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Poll: Opposition
to Virginia same-sex marriage amendment grows

Poll: Opposition
to Virginia same-sex marriage amendment grows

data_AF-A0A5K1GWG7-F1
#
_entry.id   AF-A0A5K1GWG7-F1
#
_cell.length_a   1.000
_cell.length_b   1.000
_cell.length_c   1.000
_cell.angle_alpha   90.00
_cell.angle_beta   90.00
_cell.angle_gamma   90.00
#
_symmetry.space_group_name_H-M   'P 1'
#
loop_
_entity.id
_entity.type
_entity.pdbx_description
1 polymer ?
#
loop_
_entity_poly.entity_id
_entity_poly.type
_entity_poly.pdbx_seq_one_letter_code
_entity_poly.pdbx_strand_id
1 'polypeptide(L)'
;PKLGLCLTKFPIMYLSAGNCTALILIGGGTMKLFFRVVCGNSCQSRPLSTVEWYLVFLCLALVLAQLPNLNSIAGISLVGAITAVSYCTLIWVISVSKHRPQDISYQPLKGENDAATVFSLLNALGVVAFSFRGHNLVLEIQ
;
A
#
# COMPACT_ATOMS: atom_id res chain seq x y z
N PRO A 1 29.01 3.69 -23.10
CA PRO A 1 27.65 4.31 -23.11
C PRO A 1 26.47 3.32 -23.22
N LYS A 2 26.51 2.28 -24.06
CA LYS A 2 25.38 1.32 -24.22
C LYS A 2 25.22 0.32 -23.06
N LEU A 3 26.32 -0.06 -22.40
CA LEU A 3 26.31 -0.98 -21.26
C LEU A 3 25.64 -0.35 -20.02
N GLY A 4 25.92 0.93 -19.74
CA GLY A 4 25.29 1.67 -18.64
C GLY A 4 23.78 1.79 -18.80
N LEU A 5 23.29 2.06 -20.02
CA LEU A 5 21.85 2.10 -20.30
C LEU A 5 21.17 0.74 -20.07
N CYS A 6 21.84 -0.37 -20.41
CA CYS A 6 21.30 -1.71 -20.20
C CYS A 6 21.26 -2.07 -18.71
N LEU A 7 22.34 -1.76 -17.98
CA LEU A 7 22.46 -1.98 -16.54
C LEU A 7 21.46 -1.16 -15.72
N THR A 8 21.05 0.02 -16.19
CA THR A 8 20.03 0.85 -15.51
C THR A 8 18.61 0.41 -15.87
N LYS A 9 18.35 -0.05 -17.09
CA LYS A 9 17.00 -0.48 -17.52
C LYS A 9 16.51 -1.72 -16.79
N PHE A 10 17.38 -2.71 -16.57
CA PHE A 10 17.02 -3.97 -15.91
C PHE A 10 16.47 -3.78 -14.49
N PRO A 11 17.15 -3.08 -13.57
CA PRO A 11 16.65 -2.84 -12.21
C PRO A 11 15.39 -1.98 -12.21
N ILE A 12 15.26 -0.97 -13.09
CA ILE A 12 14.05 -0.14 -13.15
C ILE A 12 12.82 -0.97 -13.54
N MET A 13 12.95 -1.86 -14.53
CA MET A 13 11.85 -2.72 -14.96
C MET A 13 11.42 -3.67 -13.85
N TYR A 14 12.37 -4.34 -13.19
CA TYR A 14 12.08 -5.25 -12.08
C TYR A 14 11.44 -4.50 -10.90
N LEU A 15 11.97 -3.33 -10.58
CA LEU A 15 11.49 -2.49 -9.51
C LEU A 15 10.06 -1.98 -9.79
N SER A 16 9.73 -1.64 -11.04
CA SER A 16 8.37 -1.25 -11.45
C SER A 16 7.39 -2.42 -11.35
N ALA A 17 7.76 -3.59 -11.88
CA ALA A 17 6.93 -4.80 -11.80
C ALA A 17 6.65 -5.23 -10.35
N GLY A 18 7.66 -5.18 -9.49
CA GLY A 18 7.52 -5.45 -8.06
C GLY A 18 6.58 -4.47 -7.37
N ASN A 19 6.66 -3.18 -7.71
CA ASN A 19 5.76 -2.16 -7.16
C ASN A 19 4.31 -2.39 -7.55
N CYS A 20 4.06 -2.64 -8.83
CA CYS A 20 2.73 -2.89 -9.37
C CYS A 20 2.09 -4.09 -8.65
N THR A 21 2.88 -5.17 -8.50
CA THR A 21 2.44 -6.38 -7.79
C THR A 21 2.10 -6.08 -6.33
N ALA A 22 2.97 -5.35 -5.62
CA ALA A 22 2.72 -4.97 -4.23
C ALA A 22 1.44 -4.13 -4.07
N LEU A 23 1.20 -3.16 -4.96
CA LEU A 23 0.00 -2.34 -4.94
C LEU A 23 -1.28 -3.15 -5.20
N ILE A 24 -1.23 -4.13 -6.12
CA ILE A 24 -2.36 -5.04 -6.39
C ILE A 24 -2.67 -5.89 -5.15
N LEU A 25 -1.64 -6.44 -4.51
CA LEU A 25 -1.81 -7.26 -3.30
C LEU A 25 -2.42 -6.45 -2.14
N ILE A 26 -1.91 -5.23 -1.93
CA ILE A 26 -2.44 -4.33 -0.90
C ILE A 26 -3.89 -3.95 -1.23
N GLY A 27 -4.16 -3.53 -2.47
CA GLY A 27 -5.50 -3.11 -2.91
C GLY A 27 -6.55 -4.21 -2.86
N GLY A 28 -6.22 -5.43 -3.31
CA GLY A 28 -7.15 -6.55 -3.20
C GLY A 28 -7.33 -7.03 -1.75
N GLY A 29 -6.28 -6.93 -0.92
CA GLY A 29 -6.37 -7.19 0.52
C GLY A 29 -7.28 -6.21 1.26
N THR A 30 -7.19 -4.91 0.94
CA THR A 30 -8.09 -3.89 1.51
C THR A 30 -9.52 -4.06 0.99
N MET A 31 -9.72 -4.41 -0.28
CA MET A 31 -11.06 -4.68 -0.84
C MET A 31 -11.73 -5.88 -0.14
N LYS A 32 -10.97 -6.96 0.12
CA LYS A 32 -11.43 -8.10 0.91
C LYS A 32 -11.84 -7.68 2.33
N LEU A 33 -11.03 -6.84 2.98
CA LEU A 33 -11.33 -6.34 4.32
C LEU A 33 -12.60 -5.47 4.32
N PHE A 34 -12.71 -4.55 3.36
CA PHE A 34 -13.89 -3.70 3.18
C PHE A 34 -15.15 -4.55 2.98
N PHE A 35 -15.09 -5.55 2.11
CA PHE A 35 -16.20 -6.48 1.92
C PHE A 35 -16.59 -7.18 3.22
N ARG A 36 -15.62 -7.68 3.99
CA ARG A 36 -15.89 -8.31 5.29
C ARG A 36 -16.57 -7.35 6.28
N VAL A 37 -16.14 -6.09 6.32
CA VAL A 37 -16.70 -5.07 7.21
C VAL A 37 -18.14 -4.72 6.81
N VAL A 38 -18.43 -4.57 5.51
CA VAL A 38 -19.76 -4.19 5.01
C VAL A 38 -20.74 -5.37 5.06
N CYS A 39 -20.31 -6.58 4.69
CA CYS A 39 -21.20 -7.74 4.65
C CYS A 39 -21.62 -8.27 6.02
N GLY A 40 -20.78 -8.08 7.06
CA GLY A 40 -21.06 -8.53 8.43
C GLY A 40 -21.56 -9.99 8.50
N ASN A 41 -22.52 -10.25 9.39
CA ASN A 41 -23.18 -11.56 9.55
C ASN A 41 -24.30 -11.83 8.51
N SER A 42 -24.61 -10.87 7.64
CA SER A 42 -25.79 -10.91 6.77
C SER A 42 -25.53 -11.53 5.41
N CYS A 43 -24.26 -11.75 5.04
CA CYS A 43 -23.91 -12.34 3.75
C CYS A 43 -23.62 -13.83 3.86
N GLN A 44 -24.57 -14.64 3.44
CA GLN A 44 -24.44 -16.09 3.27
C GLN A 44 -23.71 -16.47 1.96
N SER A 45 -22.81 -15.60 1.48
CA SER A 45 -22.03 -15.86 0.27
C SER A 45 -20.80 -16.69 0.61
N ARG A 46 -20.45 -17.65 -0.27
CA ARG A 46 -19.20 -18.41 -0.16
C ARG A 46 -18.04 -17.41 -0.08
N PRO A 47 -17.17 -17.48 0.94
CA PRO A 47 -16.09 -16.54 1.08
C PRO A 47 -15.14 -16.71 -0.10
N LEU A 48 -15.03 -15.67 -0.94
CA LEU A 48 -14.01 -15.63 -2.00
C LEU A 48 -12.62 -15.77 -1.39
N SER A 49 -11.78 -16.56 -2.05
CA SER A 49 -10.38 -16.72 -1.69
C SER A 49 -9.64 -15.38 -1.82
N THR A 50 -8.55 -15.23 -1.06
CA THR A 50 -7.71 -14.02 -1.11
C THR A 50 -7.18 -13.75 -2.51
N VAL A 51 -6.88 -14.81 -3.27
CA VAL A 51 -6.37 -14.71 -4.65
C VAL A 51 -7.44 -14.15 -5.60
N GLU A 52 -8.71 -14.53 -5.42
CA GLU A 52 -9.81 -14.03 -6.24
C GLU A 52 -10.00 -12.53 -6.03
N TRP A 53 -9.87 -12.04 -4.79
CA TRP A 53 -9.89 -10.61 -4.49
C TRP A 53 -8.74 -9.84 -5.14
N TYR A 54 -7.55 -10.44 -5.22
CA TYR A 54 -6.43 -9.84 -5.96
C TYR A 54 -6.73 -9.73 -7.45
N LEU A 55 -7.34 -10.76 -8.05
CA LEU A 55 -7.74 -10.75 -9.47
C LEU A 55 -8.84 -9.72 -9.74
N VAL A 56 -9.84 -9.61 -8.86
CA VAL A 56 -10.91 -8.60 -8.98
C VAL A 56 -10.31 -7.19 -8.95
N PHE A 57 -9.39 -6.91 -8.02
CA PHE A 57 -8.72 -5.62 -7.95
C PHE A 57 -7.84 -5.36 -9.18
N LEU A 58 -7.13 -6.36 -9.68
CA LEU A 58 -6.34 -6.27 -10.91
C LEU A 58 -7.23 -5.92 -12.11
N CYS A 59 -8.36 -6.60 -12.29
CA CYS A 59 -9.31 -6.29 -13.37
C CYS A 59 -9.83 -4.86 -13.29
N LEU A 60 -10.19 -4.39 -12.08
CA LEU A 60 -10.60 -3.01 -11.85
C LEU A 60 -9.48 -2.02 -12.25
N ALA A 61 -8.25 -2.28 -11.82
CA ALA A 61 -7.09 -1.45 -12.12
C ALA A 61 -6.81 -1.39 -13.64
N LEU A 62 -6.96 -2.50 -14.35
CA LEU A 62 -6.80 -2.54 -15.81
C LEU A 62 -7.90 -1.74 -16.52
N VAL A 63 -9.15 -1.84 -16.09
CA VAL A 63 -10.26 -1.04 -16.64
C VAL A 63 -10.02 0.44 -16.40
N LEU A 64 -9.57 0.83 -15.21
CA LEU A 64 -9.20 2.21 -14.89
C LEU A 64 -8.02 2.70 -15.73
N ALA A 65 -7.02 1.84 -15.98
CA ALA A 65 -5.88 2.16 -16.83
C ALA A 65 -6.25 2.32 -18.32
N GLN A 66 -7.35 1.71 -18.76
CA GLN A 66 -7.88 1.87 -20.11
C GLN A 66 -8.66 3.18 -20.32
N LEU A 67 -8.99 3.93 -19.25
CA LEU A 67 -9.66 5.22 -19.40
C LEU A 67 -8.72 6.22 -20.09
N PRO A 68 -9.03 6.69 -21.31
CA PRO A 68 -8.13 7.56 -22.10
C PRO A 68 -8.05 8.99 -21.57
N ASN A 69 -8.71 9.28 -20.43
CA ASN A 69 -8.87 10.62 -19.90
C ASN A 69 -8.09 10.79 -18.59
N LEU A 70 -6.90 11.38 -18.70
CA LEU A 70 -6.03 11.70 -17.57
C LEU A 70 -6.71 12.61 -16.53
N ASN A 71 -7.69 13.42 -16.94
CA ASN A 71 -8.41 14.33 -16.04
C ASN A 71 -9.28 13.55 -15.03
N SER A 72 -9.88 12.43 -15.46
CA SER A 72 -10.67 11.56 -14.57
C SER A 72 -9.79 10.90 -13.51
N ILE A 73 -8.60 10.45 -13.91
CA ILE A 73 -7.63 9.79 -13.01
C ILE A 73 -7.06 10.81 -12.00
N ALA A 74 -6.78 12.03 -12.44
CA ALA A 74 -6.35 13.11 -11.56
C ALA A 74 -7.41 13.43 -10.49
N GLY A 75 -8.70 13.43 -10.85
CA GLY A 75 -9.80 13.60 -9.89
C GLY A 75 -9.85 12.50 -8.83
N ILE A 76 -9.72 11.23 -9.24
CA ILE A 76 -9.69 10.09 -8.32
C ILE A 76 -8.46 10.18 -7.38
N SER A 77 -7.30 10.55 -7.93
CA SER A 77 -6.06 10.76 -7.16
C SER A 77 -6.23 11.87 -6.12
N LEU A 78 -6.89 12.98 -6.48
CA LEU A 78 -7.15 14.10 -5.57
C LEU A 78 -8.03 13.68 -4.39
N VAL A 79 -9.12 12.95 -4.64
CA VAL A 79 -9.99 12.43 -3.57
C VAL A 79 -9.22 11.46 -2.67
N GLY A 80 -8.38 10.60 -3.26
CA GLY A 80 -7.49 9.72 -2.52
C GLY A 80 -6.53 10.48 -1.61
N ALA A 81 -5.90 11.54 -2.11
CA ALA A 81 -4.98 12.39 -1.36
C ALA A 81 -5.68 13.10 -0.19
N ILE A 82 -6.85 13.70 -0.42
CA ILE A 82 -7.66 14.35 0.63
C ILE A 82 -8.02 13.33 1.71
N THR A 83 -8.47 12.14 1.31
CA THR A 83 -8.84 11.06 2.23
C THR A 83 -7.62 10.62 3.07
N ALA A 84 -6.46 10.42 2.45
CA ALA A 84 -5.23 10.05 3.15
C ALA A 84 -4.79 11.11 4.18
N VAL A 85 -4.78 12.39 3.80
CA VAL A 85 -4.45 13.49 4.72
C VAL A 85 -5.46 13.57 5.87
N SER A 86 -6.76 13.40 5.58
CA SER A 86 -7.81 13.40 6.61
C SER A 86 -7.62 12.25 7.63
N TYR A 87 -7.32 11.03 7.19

Opponents of a proposed constitutional amendment to ban same-sex marriage in Virginia marginally picked up support over the past six weeks, according to a new statewide poll published in Richmond on Tuesday. Support for the proposed change in the state constitution dropped from 56% in late July to 54% in last week's telephone survey of 625 registered voters likely to participate in the November 7 election. Opposition to the measure, meanwhile, increased from 38% to 40%, Mason-Dixon Polling and Research found. Six percent remained undecided, a figure unchanged from the previous survey. Virginia is one of at least six states voting on a constitutional ban on same-sex unions this fall. Voters in 20 states already have approved such amendments, most of them overwhelmingly. Virginia already has a law that forbids same-sex unions, as do 25 other states. The lead supporters enjoyed narrowed from 18 percentage points to 14 points, a decrease equal to the poll's margin of error of plus or minus four percentage points. "I am very gratified by the fact that the momentum's all been in our direction," said Claire Guthrie Gastanaga, manager of the Commonwealth Coalition, a campaign leading opposition to the amendment. "My bottom line is that every educated voter is a 'no' voter, so I've just got to find more voters and educate them," she said. Unlike the procedure followed for the July poll, the polling firm read respondents the full text of the proposed amendment as it will appear on the ballot. In the previous poll, participants were read only the first of three sentences that would be written into the state constitution. The first sentence states that unions of one man and one woman will be recognized in Virginia as marriage. The final two sentences bar the state or any localities from recognizing any legal arrangements intended to approximate marriage. Omitting the final two sentences was critical, Gastanaga and other opponents argue, because it could jeopardize the right of unmarried individuals to enter into personal contracts. "I guess they didn't get the big jump they [opponents] thought they would from including the whole ballot question," said Chris Freund, a spokesman for the Family Foundation. (Bob Lewis, AP)

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